Experiences of preadolescent girls participating in a mindfulness-based eating disorder prevention group

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A dissertation Submitted in Partial Fulfillment of the Requirements for the Degree of DOCTOR of PHILOSOPHY in Counselor Education from Texas A&M University-Corpus Christi in Corpus Christi, Texas.
Concerns with body image and disordered eating behaviors are pervasive in today’s society. Recent cohorts of preteen girls experience increased risks in relationship to developing eating disorders due to changes in pubertal development and the widespread impact of social media. This dissertation describes a mindfulness-based eating disorder prevention program for preteens which integrates wellness practices such as mindful eating and noncompetitive exercise with awareness-building conversations about the messages society sends to girls and women about their bodies. Results of this qualitative phenomenological investigation revealed seven main themes: (a) body talk, (b) food, exercise, and healthy choices, (c) societal expectations, (d) mindfulness, (e) being in the group, (f) changes experienced as a result of group participation, and (g) what I learned and want others to know. These results are similar to those observed in previous studies of eating disorder prevention and expand knowledge related to participants’ perceptions of how their relationships with their bodies, food, and exercise change over the course of program participation. Results also provide support for the inclusion of targeted mindfulness interventions to foster the regulation of emotions related to one’s body and healthy engagement with food and exercise. This information is valuable in terms of providing support for a combined approach to eating disorder prevention, demonstrating the benefits of dissonance education and mindfulness-based interventions in supporting body acceptance for young women.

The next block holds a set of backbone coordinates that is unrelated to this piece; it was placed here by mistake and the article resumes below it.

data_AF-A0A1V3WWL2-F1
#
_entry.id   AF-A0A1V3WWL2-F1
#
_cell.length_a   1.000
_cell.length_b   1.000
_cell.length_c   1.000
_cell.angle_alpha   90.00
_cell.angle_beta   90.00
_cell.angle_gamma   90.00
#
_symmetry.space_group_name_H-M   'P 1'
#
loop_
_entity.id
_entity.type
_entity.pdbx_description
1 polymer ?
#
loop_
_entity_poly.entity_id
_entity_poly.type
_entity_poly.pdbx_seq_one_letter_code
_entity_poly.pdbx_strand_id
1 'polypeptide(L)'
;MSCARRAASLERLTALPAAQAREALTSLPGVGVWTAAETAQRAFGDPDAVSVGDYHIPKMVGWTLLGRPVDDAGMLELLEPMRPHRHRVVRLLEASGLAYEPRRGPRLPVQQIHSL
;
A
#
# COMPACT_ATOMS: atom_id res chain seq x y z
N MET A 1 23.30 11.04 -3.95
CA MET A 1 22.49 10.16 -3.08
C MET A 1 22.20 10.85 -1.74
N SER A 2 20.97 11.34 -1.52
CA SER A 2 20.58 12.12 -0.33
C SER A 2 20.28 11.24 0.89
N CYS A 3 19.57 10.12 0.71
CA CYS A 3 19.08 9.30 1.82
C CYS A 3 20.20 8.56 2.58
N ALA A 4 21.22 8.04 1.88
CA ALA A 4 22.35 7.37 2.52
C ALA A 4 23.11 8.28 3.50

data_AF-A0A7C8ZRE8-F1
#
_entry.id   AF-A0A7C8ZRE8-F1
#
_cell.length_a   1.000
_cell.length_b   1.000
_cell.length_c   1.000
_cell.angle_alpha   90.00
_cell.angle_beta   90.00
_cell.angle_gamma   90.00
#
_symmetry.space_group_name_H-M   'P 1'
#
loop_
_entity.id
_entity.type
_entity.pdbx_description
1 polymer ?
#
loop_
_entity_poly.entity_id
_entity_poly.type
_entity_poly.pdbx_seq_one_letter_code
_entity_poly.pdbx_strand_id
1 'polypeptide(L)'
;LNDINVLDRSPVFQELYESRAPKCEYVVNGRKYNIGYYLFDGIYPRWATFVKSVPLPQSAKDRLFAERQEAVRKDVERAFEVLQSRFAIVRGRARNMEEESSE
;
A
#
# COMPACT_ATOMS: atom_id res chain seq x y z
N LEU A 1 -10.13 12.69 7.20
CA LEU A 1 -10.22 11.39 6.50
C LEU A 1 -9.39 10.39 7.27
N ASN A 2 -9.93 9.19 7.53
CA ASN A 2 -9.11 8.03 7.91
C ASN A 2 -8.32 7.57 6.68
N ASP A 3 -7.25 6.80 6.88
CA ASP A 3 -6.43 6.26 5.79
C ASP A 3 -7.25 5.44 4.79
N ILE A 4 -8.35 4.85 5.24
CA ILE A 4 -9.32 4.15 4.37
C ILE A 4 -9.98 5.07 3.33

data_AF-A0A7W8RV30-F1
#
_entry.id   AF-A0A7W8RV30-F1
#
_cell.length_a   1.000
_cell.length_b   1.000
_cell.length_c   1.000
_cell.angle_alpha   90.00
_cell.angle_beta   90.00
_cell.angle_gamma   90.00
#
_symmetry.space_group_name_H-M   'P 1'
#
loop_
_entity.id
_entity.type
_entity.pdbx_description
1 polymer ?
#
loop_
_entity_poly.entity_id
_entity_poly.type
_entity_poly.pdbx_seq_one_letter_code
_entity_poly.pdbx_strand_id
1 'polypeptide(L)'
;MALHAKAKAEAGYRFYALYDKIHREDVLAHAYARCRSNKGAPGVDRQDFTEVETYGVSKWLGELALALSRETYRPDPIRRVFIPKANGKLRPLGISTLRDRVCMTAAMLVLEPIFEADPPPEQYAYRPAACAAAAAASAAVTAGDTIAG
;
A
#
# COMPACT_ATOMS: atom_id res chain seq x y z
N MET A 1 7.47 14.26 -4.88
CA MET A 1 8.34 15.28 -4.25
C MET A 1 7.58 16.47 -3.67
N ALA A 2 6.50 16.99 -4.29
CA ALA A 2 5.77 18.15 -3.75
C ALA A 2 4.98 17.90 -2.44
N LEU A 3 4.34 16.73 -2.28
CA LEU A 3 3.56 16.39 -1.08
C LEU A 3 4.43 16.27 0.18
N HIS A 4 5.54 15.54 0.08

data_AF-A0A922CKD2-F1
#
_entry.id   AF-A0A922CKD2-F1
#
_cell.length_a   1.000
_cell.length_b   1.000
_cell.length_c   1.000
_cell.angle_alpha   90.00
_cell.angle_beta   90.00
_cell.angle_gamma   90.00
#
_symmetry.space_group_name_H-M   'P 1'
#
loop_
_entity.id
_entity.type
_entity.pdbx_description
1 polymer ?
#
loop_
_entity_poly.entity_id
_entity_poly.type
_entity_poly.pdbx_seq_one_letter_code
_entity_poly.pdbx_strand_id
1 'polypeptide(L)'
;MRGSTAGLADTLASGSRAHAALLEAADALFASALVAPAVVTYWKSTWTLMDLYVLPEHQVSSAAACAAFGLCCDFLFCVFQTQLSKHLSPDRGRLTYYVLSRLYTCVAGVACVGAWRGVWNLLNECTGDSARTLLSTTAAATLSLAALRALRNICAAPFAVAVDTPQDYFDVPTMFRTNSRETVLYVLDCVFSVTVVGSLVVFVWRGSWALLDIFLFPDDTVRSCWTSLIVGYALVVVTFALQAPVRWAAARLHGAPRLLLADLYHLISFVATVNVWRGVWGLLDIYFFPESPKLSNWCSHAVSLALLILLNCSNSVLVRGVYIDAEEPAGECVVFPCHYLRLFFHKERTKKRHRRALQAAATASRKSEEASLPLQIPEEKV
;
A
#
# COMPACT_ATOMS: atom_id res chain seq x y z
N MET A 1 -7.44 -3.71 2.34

Counseling & Educational Psychology
College of Education and Human Development

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